Symptoms and Signs of Ebola Virus Disease (Ebola Hemorrhagic Fever)

Medical Author:
Medically Reviewed on 8/6/2021

Doctor's Notes on Ebola Virus Disease (Ebola Hemorrhagic Fever)

Ebola virus disease (EVD), also referred to as Ebola hemorrhagic fever, is a severe and often fatal disease in humans and nonhuman primates such as monkeys, chimpanzees, and gorillas. Ebola virus disease outbreaks occur mainly in villages in Central and West Africa and have a mortality rate up to 90%. Wild animals transmit the Ebola virus to people, and the Ebola virus spreads in the human population through human-to-human contact.

Symptoms of Ebola occur suddenly between 2-21 days after exposure and include fever, headache, sore throat, joint and muscle aches and pain, weakness, and loss of appetite, followed by diarrhea, vomiting, and stomach pain. Some patients may develop symptoms such as a skin rash, red eyes, hiccups, cough, difficulty breathing, and chest pain. Late symptoms of Ebola include bleeding from inside and outside the body (eyes, ears, and nose), vomiting and/or coughing up blood, mental confusion, seizures, shock, and coma.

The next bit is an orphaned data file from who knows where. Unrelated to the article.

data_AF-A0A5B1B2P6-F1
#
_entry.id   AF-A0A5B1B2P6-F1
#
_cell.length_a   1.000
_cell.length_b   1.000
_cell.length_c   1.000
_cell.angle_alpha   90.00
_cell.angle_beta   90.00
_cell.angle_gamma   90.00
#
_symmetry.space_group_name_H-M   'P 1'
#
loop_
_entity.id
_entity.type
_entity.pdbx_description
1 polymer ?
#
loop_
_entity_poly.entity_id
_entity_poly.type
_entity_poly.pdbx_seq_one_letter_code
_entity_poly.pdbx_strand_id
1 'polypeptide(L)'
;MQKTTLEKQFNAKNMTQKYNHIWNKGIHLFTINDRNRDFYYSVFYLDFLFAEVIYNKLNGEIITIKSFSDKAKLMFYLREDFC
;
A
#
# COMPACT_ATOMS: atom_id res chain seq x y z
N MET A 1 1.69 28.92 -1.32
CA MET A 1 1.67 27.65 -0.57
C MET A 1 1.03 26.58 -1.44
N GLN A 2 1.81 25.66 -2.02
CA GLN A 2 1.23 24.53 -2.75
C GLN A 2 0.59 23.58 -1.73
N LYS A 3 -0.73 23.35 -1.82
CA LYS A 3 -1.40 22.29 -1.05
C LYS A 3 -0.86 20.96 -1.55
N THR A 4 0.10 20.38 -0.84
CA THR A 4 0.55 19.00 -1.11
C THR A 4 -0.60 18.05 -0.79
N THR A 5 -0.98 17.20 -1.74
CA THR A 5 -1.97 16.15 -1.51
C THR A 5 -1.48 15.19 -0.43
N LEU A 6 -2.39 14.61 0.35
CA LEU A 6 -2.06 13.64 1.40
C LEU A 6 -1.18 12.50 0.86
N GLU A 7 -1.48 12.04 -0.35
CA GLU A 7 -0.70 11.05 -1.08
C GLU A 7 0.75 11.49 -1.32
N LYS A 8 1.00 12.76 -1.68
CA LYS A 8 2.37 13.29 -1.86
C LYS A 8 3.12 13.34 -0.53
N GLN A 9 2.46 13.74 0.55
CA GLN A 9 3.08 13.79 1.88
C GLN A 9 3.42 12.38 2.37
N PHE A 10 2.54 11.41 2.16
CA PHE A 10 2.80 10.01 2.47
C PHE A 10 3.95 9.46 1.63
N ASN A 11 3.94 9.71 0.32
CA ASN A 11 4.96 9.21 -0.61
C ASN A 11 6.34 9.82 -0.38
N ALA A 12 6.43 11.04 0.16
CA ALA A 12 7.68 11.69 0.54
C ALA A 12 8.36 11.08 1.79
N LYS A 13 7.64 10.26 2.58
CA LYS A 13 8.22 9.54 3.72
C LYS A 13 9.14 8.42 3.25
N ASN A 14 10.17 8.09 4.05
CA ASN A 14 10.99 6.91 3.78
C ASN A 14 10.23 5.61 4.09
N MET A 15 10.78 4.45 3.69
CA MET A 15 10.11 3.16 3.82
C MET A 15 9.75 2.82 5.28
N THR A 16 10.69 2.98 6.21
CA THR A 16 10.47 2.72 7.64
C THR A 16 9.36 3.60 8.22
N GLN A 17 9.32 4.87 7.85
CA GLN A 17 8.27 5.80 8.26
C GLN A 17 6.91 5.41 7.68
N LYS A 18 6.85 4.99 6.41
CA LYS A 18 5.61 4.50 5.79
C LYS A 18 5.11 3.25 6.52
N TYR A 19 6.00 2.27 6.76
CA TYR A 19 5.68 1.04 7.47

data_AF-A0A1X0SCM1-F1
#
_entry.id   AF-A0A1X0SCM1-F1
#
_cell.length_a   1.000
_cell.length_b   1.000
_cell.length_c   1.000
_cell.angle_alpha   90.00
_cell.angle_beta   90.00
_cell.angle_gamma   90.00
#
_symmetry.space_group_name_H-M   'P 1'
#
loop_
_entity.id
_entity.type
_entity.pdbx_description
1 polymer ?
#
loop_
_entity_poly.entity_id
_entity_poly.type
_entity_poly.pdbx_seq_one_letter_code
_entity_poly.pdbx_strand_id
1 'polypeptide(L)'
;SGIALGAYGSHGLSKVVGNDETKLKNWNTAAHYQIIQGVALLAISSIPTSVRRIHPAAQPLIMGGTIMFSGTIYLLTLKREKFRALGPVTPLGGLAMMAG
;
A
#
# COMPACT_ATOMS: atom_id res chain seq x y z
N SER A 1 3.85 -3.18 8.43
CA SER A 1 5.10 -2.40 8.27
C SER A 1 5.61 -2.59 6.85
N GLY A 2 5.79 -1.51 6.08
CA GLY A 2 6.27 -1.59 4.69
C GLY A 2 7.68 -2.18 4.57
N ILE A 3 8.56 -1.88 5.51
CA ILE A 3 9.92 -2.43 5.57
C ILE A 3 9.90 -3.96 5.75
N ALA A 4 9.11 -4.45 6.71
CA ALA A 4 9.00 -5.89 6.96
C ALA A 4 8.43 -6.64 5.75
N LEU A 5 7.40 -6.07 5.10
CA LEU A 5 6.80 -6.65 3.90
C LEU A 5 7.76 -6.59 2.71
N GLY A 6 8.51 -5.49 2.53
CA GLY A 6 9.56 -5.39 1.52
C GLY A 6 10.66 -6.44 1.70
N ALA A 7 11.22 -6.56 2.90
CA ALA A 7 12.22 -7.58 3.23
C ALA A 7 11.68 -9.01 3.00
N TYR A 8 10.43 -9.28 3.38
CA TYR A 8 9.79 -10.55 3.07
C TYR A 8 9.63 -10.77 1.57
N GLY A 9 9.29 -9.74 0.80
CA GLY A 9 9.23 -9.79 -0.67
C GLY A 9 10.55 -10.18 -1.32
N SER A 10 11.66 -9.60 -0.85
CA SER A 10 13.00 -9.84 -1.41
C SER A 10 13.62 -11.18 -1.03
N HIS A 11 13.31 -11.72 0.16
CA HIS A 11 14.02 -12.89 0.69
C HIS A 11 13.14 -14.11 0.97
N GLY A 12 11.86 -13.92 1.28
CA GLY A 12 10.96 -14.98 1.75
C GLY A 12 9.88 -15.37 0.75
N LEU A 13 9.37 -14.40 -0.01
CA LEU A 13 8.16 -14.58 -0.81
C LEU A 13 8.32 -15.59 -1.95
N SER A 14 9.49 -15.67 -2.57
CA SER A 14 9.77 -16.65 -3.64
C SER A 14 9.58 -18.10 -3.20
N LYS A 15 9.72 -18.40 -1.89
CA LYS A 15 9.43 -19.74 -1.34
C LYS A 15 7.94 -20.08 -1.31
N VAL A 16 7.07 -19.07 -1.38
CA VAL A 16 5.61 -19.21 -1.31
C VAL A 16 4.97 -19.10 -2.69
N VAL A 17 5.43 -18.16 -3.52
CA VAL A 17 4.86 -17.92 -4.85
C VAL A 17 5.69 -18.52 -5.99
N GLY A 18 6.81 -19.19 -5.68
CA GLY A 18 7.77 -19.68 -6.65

What Is the Treatment for Ebola Virus Disease?

Two medications were approved in 2020 to treat Ebola virus disease. These are both monoclonal antibody medications directed at the surface molecules of the virus, preventing the virus from entering the body's cells.

Other treatments for Ebola virus disease fall into the category of supportive care, which includes measures to support body functions and reduce symptoms, such as:

  • Supporting hydration by providing fluids and electrolytes
  • Medications to regulate blood pressure, manage vomiting and diarrhea, and control fever and pain
  • Breathing support, if required
  • Treatment of any other infections, if present

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Kasper, D.L., et al., eds. Harrison's Principles of Internal Medicine, 19th Ed. United States: McGraw-Hill Education, 2015.